Paying quarterly estimated taxes
Summer has definitely arrived, but there's no tax vacation for some folks.
If you must make estimated tax payments, you're going to have to take a break from poolside lounging long enough to fulfill your IRS obligations that are due in just a few days.
Estimated tax filings usually are due the 15th of each April, June, September and January, except when that date falls on a weekend or holiday. The June one is for money you earned in April and May that didn't have income tax withheld.
Estimated tax payments are the bane of an increasing number
of Americans. They are expected from people who make money
on investments, operate their own businesses or get any extra cash
that has not yet been taxed.
Yes, nobody really likes doing taxes more than once a year.
Confusing? Sometimes, especially
if you're earning income from several different sources at different
Necessary? You bet, or you
could end up owing Uncle Sam penalties and interest.
The reason behind estimated
Most people meet
their tax obligations through paycheck
If you're self-employed,
either as your main job or
as a sideline, you must get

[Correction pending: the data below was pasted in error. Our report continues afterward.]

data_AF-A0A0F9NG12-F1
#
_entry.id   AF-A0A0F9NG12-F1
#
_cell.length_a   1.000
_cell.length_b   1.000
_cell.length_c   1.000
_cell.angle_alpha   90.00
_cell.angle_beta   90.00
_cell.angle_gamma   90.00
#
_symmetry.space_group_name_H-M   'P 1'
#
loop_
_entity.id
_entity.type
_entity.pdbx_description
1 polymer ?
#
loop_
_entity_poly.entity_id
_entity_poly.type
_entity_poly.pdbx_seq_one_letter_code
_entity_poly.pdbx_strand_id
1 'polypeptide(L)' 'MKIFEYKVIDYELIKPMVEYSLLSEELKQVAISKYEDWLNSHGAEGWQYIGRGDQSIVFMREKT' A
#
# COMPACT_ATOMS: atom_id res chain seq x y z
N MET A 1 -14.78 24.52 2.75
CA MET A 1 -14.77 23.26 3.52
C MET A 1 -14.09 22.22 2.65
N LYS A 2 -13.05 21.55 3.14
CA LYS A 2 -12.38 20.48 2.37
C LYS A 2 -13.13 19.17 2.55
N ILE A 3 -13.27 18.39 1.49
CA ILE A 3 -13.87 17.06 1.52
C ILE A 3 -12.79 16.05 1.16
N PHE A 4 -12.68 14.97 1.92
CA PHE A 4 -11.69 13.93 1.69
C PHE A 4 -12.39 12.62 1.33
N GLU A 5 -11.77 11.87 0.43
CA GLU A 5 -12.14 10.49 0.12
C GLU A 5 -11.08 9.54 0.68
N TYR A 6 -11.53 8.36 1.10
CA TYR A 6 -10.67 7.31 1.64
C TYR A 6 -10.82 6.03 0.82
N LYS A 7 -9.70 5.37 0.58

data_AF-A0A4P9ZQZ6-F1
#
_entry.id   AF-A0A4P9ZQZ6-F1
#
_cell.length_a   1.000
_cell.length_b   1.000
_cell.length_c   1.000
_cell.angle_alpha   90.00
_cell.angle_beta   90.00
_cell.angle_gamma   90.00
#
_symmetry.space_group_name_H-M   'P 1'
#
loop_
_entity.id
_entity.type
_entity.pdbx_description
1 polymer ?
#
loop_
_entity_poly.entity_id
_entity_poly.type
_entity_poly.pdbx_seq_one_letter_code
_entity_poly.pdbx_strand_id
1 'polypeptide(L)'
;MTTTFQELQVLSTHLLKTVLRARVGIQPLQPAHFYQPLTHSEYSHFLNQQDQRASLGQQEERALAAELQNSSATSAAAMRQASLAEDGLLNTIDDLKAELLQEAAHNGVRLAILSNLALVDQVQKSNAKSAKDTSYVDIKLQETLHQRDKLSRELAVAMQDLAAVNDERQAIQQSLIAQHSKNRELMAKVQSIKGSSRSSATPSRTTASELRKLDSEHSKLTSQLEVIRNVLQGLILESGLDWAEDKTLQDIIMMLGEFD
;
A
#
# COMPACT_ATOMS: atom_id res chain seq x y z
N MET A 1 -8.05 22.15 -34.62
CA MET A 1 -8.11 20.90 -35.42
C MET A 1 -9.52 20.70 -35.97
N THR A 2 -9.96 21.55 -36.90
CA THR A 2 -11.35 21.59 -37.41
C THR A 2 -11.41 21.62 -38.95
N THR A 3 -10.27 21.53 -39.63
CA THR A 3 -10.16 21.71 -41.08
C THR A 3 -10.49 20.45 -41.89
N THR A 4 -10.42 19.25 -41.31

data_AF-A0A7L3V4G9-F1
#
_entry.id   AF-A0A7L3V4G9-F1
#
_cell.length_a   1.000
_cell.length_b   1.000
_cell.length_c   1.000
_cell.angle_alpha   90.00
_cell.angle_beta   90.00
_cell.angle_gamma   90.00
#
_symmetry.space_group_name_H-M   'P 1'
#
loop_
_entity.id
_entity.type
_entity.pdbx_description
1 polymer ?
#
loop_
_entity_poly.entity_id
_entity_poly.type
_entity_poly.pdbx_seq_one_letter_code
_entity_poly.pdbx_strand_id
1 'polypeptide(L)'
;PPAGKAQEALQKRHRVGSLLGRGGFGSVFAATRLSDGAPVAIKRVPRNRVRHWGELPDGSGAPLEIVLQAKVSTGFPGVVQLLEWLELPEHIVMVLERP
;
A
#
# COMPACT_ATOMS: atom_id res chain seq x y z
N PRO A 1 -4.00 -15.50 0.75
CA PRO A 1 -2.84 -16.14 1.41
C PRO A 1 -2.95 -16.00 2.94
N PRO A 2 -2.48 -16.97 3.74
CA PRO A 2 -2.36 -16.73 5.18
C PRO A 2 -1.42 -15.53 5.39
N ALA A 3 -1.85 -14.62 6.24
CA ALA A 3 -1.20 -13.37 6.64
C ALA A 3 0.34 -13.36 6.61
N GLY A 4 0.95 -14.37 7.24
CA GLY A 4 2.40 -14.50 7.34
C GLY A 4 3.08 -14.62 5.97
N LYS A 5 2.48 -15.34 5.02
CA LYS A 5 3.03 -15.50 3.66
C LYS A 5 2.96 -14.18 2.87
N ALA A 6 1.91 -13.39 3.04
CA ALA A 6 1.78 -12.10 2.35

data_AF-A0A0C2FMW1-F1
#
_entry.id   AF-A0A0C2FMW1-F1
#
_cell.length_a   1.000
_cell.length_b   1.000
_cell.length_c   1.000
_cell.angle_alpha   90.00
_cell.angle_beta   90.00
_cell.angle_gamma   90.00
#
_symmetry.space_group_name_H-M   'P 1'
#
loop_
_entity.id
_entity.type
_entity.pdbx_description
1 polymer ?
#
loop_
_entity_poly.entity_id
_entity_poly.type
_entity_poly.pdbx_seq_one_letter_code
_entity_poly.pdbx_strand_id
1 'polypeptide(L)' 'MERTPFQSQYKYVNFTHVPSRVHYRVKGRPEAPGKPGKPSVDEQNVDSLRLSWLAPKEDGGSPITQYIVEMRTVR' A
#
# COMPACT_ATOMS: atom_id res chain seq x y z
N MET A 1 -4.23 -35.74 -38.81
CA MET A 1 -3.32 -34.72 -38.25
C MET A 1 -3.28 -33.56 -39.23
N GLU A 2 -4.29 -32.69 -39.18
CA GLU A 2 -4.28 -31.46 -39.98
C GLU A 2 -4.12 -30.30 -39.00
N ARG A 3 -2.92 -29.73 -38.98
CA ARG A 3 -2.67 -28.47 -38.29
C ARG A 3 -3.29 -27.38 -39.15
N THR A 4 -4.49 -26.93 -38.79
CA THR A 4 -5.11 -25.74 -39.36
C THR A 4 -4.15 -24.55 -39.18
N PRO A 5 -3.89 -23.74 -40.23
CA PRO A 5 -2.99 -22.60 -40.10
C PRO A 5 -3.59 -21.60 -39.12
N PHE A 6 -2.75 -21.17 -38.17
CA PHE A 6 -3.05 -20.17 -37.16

the taxes on this money to
the IRS yourself by filing
Estimated taxes also are due
on interest and dividends,
profits from investment sales,
alimony, rental income and
prizes or awards.
tax system was designed to
ensure that taxpayers who
have a lot of nonwithholding
income pay into the tax system
regularly. This evens things
out between these taxpayers
and wage earners who lose
a chunk of money each paycheck
The problem, says Linda Durand, a certified public accountant with Drolet & Associates PLLC in Washington, D.C., is that too many folks who have a windfall get excited about the extra cash and immediately spend the proceeds without any thought to the tax implications. Even people who earn a steady stream of money that isn't taxed upfront put off filing estimated taxes because they want or need the cash now. They figure they'll make it right with Uncle Sam come April 15.
That's not a good idea. If
you end up owing $1,000 or more in April, you might have underpaid your tax bill. That would open the door for the IRS to add penalties
and interest for not paying tax on your earnings
as you got them.
Updated: June 12, 2009